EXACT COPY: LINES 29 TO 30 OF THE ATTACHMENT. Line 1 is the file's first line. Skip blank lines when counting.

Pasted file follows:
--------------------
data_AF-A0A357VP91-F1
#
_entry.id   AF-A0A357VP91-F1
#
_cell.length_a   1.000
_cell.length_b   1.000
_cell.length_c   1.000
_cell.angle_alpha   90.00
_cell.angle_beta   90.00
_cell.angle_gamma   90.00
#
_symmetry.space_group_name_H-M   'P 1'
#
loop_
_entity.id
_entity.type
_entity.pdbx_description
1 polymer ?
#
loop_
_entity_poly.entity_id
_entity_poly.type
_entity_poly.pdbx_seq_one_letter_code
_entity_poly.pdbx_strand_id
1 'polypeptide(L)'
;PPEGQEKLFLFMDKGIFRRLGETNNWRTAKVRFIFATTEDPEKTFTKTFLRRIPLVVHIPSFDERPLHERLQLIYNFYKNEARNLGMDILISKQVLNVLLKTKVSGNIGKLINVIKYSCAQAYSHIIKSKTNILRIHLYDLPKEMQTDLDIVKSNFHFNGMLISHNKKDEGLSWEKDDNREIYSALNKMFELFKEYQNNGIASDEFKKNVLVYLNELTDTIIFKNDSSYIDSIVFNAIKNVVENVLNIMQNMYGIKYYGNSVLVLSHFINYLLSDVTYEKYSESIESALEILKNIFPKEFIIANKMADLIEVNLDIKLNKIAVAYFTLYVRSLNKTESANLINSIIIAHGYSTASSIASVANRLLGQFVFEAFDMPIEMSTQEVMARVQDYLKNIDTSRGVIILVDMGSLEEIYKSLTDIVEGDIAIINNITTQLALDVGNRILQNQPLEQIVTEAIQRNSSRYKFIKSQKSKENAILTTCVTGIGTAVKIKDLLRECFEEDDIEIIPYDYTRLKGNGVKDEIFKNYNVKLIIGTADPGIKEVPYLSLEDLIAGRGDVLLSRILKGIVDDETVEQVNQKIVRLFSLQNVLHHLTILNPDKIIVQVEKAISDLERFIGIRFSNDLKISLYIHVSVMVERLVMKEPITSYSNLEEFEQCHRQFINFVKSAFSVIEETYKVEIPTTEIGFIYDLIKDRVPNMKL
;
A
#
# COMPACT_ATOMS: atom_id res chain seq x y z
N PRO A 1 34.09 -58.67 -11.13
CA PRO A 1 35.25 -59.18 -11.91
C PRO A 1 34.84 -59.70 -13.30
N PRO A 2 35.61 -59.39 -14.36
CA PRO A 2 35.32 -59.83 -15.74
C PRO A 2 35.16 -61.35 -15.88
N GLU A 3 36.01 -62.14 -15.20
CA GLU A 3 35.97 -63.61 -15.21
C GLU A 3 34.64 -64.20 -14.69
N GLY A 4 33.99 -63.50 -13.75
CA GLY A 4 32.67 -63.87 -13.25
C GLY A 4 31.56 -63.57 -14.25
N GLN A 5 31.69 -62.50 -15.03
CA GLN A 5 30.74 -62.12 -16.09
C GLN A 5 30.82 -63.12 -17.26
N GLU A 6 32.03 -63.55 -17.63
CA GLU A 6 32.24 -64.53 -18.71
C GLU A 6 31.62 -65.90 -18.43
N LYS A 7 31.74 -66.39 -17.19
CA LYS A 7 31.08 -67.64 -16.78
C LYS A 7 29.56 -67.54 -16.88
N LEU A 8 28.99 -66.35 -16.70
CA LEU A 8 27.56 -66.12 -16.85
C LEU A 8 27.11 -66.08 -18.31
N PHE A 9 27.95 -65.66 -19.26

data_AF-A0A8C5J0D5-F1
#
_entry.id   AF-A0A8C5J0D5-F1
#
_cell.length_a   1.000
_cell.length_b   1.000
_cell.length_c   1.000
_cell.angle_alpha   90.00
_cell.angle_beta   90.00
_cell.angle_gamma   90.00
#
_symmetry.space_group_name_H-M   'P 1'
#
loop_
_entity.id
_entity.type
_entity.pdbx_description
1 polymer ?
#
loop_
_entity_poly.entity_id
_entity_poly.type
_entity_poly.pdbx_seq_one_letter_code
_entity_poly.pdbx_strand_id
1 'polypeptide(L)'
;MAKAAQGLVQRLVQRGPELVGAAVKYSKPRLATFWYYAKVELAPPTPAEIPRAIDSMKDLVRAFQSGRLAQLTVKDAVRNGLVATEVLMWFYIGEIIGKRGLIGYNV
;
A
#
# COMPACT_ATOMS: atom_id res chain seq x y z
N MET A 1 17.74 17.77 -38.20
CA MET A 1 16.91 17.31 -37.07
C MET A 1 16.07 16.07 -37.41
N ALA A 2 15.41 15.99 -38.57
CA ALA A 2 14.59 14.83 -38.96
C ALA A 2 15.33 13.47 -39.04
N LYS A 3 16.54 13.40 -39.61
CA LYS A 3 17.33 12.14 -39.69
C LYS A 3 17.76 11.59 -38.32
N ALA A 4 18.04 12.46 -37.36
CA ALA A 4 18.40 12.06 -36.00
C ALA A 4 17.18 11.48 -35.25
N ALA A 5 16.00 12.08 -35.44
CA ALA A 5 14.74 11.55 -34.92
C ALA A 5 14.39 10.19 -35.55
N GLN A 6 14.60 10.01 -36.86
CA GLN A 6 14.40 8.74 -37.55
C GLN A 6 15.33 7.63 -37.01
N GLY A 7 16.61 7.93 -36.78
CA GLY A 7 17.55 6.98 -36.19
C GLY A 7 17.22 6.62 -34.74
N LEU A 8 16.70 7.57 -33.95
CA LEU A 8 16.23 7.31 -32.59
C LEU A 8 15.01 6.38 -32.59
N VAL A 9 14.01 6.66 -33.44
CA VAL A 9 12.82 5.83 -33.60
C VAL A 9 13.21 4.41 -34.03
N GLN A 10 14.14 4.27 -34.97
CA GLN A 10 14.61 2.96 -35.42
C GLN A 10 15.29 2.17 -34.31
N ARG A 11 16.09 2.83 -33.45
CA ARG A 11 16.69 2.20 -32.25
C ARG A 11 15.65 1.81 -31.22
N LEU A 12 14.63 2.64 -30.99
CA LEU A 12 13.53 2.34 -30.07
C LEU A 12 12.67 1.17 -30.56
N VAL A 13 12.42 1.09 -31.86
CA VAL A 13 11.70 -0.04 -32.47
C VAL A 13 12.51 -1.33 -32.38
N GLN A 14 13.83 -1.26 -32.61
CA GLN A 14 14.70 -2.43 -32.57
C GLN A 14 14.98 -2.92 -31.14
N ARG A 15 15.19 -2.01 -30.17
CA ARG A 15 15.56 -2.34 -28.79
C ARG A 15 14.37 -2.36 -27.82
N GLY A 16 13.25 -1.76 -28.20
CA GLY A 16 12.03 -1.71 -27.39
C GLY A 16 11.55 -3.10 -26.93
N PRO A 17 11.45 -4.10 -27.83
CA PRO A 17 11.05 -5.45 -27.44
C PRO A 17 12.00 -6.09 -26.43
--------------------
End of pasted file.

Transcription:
#
# COMPACT_ATOMS: atom_id res chain seq x y z